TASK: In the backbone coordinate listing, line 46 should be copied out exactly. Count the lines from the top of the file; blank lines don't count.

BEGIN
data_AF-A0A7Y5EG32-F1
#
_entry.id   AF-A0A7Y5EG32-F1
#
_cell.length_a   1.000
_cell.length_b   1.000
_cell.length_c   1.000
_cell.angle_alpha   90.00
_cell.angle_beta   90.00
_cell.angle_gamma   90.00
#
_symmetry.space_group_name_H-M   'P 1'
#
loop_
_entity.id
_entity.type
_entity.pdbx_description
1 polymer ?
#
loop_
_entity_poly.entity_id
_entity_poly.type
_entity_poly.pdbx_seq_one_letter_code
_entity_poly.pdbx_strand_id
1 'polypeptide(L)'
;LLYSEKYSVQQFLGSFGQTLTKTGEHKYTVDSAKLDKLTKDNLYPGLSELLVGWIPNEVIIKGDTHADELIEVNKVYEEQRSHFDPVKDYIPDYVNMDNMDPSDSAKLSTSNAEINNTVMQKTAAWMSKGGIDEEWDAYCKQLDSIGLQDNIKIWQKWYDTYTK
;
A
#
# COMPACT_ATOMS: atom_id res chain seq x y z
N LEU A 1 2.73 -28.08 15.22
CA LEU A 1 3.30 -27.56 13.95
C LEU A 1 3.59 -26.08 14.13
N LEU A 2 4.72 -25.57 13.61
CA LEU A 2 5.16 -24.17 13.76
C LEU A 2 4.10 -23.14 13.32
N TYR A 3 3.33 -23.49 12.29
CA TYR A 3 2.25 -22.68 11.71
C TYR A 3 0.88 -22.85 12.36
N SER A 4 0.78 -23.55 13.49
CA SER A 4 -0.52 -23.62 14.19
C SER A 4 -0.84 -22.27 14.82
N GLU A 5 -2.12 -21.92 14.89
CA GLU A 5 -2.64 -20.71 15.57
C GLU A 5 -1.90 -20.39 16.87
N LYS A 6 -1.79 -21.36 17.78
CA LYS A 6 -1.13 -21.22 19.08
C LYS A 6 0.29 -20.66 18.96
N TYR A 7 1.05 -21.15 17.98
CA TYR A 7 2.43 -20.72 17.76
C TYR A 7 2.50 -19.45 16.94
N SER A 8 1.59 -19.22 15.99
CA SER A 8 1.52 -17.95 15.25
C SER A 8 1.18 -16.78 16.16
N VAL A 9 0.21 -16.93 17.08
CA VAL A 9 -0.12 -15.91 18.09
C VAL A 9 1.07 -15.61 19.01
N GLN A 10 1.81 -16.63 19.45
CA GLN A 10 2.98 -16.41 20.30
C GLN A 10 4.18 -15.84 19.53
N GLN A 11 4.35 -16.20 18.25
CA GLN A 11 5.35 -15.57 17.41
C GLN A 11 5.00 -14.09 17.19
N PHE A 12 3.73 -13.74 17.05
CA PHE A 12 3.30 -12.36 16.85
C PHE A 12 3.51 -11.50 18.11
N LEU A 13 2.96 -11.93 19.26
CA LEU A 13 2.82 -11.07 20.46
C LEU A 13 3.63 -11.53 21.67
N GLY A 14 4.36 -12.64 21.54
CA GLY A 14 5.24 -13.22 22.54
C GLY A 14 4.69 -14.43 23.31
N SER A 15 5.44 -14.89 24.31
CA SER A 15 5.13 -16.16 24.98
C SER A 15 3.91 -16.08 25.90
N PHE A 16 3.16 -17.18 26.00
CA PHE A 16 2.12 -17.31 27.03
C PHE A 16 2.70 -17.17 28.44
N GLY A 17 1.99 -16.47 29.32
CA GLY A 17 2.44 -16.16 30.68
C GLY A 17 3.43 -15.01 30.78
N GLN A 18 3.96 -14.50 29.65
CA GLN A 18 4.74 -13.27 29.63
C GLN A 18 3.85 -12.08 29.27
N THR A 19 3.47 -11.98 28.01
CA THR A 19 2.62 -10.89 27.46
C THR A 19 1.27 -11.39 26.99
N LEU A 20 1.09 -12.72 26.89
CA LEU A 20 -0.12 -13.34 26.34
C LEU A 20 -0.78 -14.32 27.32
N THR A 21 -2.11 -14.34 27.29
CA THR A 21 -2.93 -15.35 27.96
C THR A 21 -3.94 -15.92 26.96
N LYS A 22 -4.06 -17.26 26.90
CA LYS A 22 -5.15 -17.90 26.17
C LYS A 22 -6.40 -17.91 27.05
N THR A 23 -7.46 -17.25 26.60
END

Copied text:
N LYS A 6 -1.79 -21.36 17.78